Nothing to see over there...Look over here!

The prospect of our well-beloved Congressional “super committee” failing to turn in its assigned budget agreement freights the news this weekend. But what bothers me a lot more than the panel’s projected failure is the sense of the whole thing having been a big fat fake from the beginning.

The plan’s supposed teeth were the huge and presumably intolerable military cuts built into the failure scenario. If the lawmakers couldn’t cut the called-for $1.2 trillion by playing nice and compromising, a magic evil witch would cut 10% of the Pentagon’s budget, and domestic programs too.

But since those cuts wouldn’t take effect for more than a year, Congress would (and it’s looking more and more like Congress will) have plenty of time to simply change the rules. It made them, it can bend and break them. Alas for us, there is no magic witch.

So why set up this bipartisan wool-pulling in the first place? Were they just trying to fool the public into thinking our venerable elected representatives were getting down to business and actually doing something to address the nation’s fiscal woes? If so, I don’t think it worked: one recent poll found only 9% of the public approves of how Congress is doing its job.

And no wonder. The super committee arose from the debt ceiling fight, a kerfuffle so traumatically stupid any solution would have come as relief.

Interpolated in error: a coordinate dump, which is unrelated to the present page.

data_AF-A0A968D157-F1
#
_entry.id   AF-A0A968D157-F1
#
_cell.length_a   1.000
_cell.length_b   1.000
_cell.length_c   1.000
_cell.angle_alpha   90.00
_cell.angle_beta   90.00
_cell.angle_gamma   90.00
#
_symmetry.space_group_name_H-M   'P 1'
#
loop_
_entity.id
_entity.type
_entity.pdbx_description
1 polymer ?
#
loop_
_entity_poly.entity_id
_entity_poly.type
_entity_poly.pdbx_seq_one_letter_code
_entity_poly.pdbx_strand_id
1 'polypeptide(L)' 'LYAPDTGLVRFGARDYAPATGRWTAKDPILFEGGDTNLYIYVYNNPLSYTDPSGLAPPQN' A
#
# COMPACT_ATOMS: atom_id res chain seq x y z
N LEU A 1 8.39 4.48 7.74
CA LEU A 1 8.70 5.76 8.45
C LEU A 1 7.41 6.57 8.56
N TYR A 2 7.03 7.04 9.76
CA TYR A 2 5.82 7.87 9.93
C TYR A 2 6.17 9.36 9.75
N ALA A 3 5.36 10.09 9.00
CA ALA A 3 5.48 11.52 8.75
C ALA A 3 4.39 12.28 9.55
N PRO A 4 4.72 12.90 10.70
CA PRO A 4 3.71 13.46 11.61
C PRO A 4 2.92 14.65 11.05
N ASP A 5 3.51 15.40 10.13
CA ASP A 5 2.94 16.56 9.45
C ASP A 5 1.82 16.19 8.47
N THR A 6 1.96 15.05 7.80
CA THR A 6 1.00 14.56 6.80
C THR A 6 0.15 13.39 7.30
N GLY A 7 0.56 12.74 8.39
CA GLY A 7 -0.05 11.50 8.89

Even the term “super committee” seems silly now – as if there had suddenly been summoned a superhero who could rescue us from the, uh, witch. The government created fictional characters to direct our imaginations away from the reality, which was so loaded with smarmy self-importance on one side and idiotic no-tax pledges on the other.

And it’s not as if they even had to do this with conscious purpose. No doubt individual members of the committee went into it with the best of intentions. No, this kind of fakery grows organically in the soil of our closed two-party system. First the fakers hoodwink themselves into expecting they’ll be able to manage these things sensibly; our victimhood follows forthwith.

Fortunately there’s talk of a royal baby across the pond, to bring us back to the things that really matter.